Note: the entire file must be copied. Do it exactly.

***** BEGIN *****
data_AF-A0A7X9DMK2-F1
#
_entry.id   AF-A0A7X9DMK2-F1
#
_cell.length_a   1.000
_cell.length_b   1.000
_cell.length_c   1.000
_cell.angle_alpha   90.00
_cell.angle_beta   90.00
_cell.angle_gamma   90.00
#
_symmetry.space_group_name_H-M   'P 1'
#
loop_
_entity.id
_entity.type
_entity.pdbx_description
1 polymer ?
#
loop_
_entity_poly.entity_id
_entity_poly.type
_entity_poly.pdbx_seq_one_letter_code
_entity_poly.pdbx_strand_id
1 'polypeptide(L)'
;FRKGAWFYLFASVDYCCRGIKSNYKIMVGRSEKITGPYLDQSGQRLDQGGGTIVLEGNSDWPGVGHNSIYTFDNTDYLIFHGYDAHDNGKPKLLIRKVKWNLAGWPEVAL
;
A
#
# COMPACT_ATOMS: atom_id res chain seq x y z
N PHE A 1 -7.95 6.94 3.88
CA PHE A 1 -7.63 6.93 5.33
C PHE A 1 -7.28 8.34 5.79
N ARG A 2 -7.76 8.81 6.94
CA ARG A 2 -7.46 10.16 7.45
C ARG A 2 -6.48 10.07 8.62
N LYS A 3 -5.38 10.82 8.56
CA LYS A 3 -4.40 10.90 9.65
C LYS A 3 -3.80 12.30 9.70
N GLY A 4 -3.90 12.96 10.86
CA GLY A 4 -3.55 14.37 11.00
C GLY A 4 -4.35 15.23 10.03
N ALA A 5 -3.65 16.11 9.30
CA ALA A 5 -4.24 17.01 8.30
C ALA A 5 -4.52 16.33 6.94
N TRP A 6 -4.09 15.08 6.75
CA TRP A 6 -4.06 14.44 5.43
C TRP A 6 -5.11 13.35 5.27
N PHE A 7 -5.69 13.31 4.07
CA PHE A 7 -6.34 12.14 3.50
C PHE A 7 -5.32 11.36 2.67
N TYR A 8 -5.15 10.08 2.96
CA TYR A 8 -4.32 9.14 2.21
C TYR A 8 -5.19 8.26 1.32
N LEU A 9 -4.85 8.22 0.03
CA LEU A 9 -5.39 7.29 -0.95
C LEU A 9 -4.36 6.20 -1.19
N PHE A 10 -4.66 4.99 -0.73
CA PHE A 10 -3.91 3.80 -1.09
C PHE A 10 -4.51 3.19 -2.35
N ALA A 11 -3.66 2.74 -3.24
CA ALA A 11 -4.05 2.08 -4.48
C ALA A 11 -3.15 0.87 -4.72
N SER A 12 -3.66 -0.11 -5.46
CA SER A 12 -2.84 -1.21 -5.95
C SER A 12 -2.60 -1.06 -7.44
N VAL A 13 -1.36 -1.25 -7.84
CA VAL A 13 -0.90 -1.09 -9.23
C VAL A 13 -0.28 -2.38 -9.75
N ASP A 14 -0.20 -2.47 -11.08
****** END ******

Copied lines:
data_AF-A0A7X9DMK2-F1
#
_entry.id   AF-A0A7X9DMK2-F1
#
_cell.length_a   1.000
_cell.length_b   1.000
_cell.length_c   1.000
_cell.angle_alpha   90.00
_cell.angle_beta   90.00
_cell.angle_gamma   90.00
#
_symmetry.space_group_name_H-M   'P 1'
#
loop_
_entity.id
_entity.type
_entity.pdbx_description
1 polymer ?
#
loop_
_entity_poly.entity_id
_entity_poly.type
_entity_poly.pdbx_seq_one_letter_code
_entity_poly.pdbx_strand_id
1 'polypeptide(L)'
;FRKGAWFYLFASVDYCCRGIKSNYKIMVGRSEKITGPYLDQSGQRLDQGGGTIVLEGNSDWPGVGHNSIYTFDNTDYLIFHGYDAHDNGKPKLLIRKVKWNLAGWPEVAL
;
A
#
# COMPACT_ATOMS: atom_id res chain seq x y z
N PHE A 1 -7.95 6.94 3.88
CA PHE A 1 -7.63 6.93 5.33
C PHE A 1 -7.28 8.34 5.79
N ARG A 2 -7.76 8.81 6.94
CA ARG A 2 -7.46 10.16 7.45
C ARG A 2 -6.48 10.07 8.62
N LYS A 3 -5.38 10.82 8.56
CA LYS A 3 -4.40 10.90 9.65
C LYS A 3 -3.80 12.30 9.70
N GLY A 4 -3.90 12.96 10.86
CA GLY A 4 -3.55 14.37 11.00
C GLY A 4 -4.35 15.23 10.03
N ALA A 5 -3.65 16.11 9.30
CA ALA A 5 -4.24 17.01 8.30
C ALA A 5 -4.52 16.33 6.94
N TRP A 6 -4.09 15.08 6.75
CA TRP A 6 -4.06 14.44 5.43
C TRP A 6 -5.11 13.35 5.27
N PHE A 7 -5.69 13.31 4.07
CA PHE A 7 -6.34 12.14 3.50
C PHE A 7 -5.32 11.36 2.67
N TYR A 8 -5.15 10.08 2.96
CA TYR A 8 -4.32 9.14 2.21
C TYR A 8 -5.19 8.26 1.32
N LEU A 9 -4.85 8.22 0.03
CA LEU A 9 -5.39 7.29 -0.95
C LEU A 9 -4.36 6.20 -1.19
N PHE A 10 -4.66 4.99 -0.73
CA PHE A 10 -3.91 3.80 -1.09
C PHE A 10 -4.51 3.19 -2.35
N ALA A 11 -3.66 2.74 -3.24
CA ALA A 11 -4.05 2.08 -4.48
C ALA A 11 -3.15 0.87 -4.72
N SER A 12 -3.66 -0.11 -5.46
CA SER A 12 -2.84 -1.21 -5.95
C SER A 12 -2.60 -1.06 -7.44
N VAL A 13 -1.36 -1.25 -7.84
CA VAL A 13 -0.90 -1.09 -9.23
C VAL A 13 -0.28 -2.38 -9.75
N ASP A 14 -0.20 -2.47 -11.08